- Sep 24, 2021
More than 100 Australians and New Zealanders left Uruguay on a chartered flight after two weeks stranded aboard a virus-infected cruise ship, Montevideo’s Carrasco airport said Saturday.
Of 217 people aboard the Greg Mortimer liner, 128 had tested positive for new coronavirus and had been blocked from docking.
An agreement between the Uruguayan and Australian governments was made to create a “sanitary corridor” to take the mostly elderly tourists from Montevideo’s port to its international airport where they boarded a flight for Melbourne, bringing to an end weeks of a virus nightmare.
Television images showed jubilant passengers boarding the medically equipped Airbus A350 plane — with one kissing the runway tarmac.
“This is (like) winning a World Cup,” Uruguay’s Foreign Minister Ernesto Talvi tweeted alongside a video of four buses — flanked by a police escort with blaring sirens — taking the roughly 110 passengers to the airport.
“Flags waving in the balconies and residents applauding. This is the BEST of Uruguay,” he added.
Australia’s Foreign Minister Marise Payne tweeted her thanks to her Uruguayan counterpart Talvi “for your sincere assistance in recent times to ensure the (Australian) passengers have been able to head home.”
She added “special thanks to… all health, emergency & other workers involved” and praised the “unique cooperation” between Uruguay and Australia.
The Australian and New Zealand tourists on the flight included people who tested negative and others confirmed ill with the virus.
On the plane, passengers were to be “seated by test results and level of care required by passenger,” said Australian company Aurore Expeditions, owner of the Greg Mortimer.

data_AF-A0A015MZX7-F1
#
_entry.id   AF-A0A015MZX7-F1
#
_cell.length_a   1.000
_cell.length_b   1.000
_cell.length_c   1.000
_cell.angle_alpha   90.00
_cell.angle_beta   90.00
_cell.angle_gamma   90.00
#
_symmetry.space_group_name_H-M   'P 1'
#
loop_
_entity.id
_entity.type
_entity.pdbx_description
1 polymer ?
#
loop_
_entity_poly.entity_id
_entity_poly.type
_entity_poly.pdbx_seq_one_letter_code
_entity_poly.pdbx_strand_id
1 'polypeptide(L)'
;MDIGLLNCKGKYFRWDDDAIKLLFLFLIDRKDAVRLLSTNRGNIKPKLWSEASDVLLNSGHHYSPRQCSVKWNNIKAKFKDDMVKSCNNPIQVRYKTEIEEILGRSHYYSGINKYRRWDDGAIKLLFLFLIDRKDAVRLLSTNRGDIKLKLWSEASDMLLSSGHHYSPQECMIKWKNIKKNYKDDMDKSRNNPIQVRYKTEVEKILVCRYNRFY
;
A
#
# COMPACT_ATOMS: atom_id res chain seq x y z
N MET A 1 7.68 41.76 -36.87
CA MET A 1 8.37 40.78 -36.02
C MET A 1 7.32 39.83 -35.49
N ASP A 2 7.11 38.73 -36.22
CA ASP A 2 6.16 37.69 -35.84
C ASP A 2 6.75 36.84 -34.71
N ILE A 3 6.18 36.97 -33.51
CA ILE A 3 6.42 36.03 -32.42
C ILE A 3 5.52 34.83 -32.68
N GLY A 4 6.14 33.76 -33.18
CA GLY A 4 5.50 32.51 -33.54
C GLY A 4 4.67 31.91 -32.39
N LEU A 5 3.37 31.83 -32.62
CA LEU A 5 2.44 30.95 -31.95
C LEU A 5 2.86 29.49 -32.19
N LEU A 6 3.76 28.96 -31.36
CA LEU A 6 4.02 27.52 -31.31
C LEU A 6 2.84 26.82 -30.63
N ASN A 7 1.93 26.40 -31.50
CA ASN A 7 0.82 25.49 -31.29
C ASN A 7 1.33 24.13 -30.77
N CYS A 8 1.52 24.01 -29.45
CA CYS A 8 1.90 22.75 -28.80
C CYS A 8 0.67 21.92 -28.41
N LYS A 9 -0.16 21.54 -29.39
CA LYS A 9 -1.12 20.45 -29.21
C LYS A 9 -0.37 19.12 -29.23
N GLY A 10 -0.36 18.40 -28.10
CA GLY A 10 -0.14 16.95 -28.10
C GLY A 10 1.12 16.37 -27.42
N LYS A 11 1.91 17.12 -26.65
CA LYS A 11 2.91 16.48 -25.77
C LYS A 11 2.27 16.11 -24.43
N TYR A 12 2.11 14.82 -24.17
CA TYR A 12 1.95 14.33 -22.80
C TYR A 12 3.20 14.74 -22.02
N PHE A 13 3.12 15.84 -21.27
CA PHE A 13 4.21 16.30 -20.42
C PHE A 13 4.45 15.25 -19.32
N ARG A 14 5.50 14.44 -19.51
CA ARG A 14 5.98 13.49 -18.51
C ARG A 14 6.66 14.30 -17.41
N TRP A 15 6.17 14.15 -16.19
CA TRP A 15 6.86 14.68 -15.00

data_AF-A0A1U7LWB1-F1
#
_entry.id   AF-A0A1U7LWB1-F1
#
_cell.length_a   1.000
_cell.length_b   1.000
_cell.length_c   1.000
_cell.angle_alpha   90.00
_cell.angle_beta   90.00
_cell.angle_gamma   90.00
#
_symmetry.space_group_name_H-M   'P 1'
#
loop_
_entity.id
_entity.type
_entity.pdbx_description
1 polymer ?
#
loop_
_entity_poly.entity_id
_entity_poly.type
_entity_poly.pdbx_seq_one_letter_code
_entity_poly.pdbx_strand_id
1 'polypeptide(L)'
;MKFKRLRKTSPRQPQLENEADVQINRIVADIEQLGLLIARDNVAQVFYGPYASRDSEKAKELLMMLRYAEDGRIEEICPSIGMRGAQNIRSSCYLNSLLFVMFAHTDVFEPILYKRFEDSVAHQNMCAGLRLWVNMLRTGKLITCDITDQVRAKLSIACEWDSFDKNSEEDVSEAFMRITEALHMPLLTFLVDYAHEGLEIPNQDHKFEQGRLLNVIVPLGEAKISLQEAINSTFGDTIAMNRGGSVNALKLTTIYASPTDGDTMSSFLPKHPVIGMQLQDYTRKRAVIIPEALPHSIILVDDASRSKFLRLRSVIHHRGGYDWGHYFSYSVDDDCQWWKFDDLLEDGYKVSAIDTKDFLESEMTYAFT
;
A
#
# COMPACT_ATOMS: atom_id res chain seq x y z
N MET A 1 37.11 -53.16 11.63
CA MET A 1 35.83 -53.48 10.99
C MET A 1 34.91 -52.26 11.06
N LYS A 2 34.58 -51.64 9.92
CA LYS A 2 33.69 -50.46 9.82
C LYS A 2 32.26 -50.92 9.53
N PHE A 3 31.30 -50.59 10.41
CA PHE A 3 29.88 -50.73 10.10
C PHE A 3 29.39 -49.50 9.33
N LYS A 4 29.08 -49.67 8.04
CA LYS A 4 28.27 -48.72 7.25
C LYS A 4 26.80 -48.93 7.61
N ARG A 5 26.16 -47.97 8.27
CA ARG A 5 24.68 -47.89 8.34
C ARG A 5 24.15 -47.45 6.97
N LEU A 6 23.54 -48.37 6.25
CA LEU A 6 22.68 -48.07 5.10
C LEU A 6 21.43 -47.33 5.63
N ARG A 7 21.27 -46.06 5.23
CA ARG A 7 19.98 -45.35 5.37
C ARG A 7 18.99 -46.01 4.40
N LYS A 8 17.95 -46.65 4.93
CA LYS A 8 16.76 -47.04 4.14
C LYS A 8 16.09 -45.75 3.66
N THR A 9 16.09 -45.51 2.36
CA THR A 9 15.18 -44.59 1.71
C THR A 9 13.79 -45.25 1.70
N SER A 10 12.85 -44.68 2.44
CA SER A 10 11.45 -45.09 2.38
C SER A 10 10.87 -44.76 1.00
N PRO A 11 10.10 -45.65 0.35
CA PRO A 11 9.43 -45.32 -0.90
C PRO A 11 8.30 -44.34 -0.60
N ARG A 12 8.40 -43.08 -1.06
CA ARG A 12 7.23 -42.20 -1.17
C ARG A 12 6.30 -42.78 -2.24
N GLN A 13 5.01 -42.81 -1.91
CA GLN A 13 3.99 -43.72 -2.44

The tourists were on an expedition to Antarctica, South Georgia and Elephant Island when their adventure was called off on March 20 due to the nearest South American countries — Argentina and Chile — closing their borders and imposing lockdowns.
The ship traveled to Montevideo as it was the nearest port still open.
It had been anchored in the Rio de la Plata, 20 kilometers from the coast since March 27.
Since then, eight people were transferred to Montevideo hospitals with “life-threatening” conditions.
All are in a stable condition and Uruguay’s foreign ministry told AFP three Australians undergoing hospital treatment would be allowed to fly home as they were in sufficiently good health to travel.
Two are a couple who were brought ashore and taken to a hospital on Wednesday suffering from pneumonia, while the third person had been receiving clinical attention since last week.
Of the other people receiving hospital treatment, two Australians are in intensive care and their partners remained on the Greg Mortimer rather than taking the flight.
Two Filipino crew members are due to be discharged and released to quarantine on the ship. The eighth person to have received hospital treatment is a British woman.
At the port, some passengers hung a banner from the boat with the words: “Thank you Uruguay.” Talvi had described the operation as “a complex but necessary humanitarian mission.”
He added: “We don’t consider it an option, but rather an ethical obligation.” However, as Uruguay’s government considered all people on board the ship to be infected — even if they tested negative — Talvi said this week there would be “practically no human contact” between the passengers and others during the transfer operation.
Aurore said it was covering the transfer costs for all passengers and that New Zealand was organizing further travel on from Melbourne for its citizens.
After the evacuation more than 80 crew members, as well as around 20 Europeans and Americans, will remain on board.
Those who have tested positive for the virus “will have to wait until they test negative” before heading home via Sao Paulo, Aurore said on Tuesday.
Those who have already tested negative will be allowed to leave in the coming days, provided they first pass another test.